This week Bob Henson and I introduced the world to the concept of an index which has the potential to rank and statistically compare surface temperature records.

For a detailed explanation see:

https://www.wunderground.com/blog/JeffMasters/comment.html?entrynum=3583

So for this post let’s do some calculations using the ETI for some very recently set records. These come from March 21st, 2017 and are listed here: https://www.ncdc.noaa.gov/cdo-web/datatools/records

First, the current algorithm and formula for the Extreme Temperature Index are presented here:

Let’s start with one of the hotter records that was set that day: Big Spring, TX, which got up to 94 F and broke their record by 2F (I took the averages or norms for the min and max from Midland, TX, which is close to Big Spring):

Now let’s take another site which also broke its record by 2 degrees on the same day, Marshfield, MO, which is near Springfield (from where I took the average max/min):

Despite the fact that Big Spring had the hotter record, using the ETI method, Marshfield set a statistically more significant one due to the fact that its period of record, or n, was longer and the difference between the average max and min was less.

Let’s take a look at a couple more. Nashville, AR established a new record of 87 also in 3/21/17. Since this station is near Texarkana, AR I am taking the average max/mins from that station:

The next is from Sheridan, AR, which also set a new record of 87 but is a relatively new station. Sheridan is near Little Rock, so I plugged in LIT’s average max/mins:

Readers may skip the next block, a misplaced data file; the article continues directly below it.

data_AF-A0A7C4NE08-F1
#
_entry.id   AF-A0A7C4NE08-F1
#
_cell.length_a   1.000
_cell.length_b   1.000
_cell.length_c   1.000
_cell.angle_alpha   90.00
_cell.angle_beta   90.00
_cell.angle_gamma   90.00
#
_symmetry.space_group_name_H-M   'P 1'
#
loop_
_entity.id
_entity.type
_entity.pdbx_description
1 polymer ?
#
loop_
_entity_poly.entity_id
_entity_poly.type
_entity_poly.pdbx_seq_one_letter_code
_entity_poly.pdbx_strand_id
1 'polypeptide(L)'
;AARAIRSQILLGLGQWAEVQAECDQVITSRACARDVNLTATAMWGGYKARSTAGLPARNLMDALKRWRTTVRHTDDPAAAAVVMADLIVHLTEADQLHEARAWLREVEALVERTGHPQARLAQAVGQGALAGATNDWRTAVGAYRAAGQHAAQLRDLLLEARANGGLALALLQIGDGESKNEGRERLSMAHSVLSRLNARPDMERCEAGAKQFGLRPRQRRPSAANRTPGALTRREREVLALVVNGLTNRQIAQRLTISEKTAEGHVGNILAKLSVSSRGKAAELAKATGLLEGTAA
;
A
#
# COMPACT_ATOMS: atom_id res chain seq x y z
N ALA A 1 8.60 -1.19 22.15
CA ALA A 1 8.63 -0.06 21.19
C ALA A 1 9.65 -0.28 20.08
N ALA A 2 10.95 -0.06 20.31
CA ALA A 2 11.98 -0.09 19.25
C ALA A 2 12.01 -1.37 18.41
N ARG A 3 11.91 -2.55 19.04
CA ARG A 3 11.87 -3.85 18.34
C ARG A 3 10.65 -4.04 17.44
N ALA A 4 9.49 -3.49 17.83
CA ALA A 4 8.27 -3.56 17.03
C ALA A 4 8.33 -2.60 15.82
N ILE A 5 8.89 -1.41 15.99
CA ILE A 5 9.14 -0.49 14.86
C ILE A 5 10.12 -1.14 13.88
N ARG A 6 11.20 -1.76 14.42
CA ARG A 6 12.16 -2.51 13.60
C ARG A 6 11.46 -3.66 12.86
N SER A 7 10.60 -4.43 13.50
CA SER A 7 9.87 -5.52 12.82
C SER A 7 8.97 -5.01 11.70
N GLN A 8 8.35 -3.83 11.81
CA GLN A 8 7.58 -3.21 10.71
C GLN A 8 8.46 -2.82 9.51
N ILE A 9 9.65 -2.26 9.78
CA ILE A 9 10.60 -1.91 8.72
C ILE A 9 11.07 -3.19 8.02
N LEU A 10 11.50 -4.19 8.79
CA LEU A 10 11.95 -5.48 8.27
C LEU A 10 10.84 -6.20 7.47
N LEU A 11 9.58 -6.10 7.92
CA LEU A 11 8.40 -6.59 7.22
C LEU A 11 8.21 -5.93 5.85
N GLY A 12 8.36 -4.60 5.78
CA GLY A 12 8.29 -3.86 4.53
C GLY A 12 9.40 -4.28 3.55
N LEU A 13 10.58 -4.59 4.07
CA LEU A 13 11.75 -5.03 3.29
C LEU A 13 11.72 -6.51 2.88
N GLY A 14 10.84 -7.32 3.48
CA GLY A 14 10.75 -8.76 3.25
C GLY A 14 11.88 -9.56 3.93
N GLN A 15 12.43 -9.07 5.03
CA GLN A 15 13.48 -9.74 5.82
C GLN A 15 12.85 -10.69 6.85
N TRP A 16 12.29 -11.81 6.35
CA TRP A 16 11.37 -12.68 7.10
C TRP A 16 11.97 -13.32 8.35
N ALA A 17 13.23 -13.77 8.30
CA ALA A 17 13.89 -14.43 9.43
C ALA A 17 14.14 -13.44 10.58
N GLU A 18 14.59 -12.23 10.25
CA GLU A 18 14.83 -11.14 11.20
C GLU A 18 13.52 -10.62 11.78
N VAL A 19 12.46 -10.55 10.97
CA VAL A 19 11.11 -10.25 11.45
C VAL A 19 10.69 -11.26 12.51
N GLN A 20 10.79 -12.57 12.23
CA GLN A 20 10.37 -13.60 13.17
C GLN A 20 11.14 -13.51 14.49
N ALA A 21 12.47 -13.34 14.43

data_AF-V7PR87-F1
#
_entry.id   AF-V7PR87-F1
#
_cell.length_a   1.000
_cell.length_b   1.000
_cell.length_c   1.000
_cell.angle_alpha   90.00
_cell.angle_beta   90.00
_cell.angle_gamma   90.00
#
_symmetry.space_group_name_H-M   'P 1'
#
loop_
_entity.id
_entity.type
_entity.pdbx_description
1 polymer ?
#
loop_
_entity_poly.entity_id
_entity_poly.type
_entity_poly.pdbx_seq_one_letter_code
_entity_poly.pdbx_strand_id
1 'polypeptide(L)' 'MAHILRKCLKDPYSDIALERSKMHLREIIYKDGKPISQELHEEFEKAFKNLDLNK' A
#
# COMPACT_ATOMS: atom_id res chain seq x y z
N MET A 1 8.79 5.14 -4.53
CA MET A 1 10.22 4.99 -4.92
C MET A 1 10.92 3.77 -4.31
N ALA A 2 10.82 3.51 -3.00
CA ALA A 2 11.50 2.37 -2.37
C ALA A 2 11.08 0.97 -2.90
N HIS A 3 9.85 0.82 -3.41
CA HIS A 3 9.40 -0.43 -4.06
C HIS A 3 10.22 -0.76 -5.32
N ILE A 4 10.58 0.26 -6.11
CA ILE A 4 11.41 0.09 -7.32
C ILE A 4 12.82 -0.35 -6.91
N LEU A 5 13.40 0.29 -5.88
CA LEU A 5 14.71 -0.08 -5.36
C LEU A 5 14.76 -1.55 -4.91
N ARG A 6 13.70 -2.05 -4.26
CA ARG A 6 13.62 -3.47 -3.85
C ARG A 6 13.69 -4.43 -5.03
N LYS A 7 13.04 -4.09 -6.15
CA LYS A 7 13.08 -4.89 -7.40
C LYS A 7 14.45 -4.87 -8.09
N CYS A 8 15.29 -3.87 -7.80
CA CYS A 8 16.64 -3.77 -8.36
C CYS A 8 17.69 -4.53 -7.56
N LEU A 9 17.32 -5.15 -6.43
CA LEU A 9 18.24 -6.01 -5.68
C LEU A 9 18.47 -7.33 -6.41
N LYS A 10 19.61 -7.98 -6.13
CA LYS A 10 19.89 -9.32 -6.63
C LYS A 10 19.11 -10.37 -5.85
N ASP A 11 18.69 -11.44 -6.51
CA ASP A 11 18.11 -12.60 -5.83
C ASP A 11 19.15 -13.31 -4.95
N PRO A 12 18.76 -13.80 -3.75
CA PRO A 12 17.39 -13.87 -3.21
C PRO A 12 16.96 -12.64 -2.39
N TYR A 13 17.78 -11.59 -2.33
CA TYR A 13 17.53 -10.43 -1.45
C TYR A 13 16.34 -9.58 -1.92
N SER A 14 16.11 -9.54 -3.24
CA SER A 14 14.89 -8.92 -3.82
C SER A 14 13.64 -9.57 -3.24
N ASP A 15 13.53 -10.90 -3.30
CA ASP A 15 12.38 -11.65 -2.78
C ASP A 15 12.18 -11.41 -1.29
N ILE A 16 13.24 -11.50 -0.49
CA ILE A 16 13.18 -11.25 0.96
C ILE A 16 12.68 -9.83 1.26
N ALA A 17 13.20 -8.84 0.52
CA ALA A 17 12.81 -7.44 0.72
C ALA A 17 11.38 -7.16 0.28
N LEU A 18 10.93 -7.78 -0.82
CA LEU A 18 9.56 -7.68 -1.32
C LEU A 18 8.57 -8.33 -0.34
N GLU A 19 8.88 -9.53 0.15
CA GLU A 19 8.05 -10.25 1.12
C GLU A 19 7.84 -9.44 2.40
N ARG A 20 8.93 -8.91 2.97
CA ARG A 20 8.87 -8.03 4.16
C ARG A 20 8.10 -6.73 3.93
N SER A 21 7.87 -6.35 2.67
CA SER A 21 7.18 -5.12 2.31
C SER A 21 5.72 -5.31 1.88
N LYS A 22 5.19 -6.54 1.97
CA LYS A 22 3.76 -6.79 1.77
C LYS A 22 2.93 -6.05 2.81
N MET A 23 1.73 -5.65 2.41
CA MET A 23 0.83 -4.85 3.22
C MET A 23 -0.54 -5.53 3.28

The ETI for Sheridan is higher since the difference between the old record and new is weighted higher in the algorithm than other factors such as period of record.

Another method for looking at the viability of an algorithm is to hold all the variables constant while changing one. The ETI has three variables. Using some simple math I have made three tables that show the ETI number changing while one variable increases.

The first shows n, or the period of record, increasing. I choose 30 years as a starting point since that figure is the bare minimum period of record keeping for a station to be eligible in the NCEI database.

The second shows the difference between the average maximum and minimum changing. Why is this important? Again, T sub d is a reflection of how “continental” or how far inland a station is, and is taken into account in the ETI.

The third, and as you can see most weighted variable looking at how much the ETI number changes, is the difference between the old and new record.

With time, I will be adding more ETI calculations to this post. Drop me a note if you want me to calculate a specific ETI for a set record…. maybe one near you.😊

The Climate Guy

Great write up. Thanks for your hard work.

Is it possible for you to post a tweet when you do a new article?

I tend to see it sooner via Twitter, than anywhere else.

Thanks

Rick Highsmith